I had hit bottom and change is now possible because I no longer wanted to do it "my" way. In hindsight I can envision pointing at myself thinking, "I don’t trust that guy", when moments before I was pointing at everyone else saying that I did not trust them.

I wanted peace of mind, I wanted self-respect, I wanted friends, I wanted a better relationship with my family, I wanted a career, and to be honest, I wanted everything I have today. People in Pennsylvania and Minnesota often tell me that I should take some credit for the change in my life because it was "I" who went to meetings, met with my sponsor, and attended class every day. I laugh when I hear that because for the first three years of my recovery, I did not want to do those things. If it was really up to me, I would not have gone to class or to meetings; I definitely would not have met with a sponsor and divulged all my secrets. If I really wanted to change who I was, I knew I needed to change my thoughts, actions, and behaviors. I knew I had to not do the very things I wanted to do if I was going to be a different person and for that I needed help from a power greater than myself. In hindsight, as well as the present, I am seeing more clearly that my higher power is doing for me what I cannot and could not do for myself. First off I am sober; I am actually amazed by the clarity and intuition I have today. The thoughts and ideas I have today are realistic and achievable, the best part about them is that they not only benefit who I am, but these thoughts and ideas benefit those around me. I could not get sober without the help of my higher power and I grow in my recovery without my higher power, therefore it is clear to me, My higher power is doing for me what I cannot do for myself.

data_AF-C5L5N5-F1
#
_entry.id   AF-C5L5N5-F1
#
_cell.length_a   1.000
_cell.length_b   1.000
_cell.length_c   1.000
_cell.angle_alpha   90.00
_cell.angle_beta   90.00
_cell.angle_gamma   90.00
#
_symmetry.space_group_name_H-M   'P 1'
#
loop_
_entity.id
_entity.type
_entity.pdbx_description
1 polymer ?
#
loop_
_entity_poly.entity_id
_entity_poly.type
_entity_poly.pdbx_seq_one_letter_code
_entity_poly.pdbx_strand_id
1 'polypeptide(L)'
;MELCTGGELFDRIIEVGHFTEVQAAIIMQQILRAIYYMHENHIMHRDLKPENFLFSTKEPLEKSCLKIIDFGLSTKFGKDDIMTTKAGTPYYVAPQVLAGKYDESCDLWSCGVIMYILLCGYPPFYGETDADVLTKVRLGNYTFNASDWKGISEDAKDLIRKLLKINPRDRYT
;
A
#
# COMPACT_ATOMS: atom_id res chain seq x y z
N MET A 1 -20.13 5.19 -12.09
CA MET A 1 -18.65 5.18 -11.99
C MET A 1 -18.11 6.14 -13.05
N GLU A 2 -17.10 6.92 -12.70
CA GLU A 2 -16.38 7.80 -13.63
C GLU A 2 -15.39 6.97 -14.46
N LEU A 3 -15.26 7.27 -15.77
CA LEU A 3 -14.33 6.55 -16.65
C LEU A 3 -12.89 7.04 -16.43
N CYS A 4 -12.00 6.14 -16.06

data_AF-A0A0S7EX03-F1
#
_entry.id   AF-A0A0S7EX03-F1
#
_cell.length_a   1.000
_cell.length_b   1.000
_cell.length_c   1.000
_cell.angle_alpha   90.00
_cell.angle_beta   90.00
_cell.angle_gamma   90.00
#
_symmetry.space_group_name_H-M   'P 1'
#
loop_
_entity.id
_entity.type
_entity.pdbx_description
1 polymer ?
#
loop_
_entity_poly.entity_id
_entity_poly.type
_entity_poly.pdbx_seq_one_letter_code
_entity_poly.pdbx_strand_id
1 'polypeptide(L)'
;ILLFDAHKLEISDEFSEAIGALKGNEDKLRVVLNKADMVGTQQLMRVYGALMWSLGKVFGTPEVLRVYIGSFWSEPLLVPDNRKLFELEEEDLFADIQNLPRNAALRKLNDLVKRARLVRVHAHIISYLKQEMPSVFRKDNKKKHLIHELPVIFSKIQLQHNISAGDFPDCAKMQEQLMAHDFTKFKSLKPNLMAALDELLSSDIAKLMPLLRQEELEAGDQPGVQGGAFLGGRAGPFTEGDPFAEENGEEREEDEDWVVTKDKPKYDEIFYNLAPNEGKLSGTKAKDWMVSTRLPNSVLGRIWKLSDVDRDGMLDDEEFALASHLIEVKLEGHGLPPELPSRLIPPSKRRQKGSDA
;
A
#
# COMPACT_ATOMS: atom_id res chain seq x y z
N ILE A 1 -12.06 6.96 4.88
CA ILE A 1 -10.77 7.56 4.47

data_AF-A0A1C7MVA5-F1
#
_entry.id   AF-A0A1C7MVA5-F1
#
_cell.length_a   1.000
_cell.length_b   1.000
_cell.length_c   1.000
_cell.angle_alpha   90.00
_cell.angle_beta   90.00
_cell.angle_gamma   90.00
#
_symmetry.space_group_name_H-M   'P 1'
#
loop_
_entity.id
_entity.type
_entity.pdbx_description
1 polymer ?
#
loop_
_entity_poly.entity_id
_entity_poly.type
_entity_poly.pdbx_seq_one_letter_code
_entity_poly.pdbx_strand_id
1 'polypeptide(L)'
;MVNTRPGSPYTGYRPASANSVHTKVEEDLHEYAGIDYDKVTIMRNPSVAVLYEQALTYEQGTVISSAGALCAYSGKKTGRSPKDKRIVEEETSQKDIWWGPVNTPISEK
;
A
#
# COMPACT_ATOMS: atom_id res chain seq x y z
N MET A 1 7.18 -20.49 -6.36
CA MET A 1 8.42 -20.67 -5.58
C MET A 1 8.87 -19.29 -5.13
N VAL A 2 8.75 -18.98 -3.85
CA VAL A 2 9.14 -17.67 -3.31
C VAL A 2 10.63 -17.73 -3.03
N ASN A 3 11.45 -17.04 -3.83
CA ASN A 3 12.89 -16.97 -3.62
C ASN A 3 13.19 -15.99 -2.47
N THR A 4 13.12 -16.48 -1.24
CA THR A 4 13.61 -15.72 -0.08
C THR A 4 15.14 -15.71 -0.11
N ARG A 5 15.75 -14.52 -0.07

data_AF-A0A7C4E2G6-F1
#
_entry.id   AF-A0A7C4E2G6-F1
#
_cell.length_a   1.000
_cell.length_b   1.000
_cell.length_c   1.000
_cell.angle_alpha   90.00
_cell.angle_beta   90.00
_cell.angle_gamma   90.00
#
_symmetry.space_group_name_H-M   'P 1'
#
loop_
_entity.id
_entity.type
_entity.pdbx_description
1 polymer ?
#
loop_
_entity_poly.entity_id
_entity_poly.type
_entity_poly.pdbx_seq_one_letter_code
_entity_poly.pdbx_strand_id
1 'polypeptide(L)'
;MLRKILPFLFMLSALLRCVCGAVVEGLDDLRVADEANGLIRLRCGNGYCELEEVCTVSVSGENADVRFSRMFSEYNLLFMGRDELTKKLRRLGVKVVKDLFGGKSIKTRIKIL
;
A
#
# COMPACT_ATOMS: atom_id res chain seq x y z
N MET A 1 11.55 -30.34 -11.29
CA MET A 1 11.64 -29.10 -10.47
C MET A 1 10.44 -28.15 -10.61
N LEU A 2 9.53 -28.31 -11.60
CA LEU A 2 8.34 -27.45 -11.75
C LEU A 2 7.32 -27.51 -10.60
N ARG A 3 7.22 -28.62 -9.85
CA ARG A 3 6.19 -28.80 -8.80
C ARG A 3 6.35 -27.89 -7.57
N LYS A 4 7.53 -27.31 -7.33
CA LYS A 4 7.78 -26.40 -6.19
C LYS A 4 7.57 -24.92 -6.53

THE 3P’S

mental peace – physical well-being – personal productivity

December 3Ps

12 TIPS TO STAY SAFE, SOBER, AND HAPPY THIS HOLIDAY SEASON

By: Kara Hamilton, TD Art Director

If you find yourself struggling during the holiday season, please remember that you are not alone. Take part in our version of the 12 Days of Christmas, which gives you tips on keeping your holiday season, Happy, Joyous, and Free.


On the 1st Day of Christmas

1st Day of Christmas

Line up extra A. A. activities for the holiday season. Arrange to take newcomers to meetings, answer the phones at a clubhouse or central office, speak, help with dishes, or visit the alcoholic ward at a hospital.

On the 2nd Day of Christmas

2nd Day of Christmas

Be host to A.A. friends, especially newcomers. If you do not have a place where you can throw a formal party, take one person to a diner and spring for coffee.

On the 3rd Day of Christmas

3rd Day of Christmas

Keep your A.A. telephone list with you at all times. If you feel panic or an urge to drink, stop whatever you’re doing until you talk to a sober A.A. member.

On the 4th Day of Christmas

4th Day of Christmas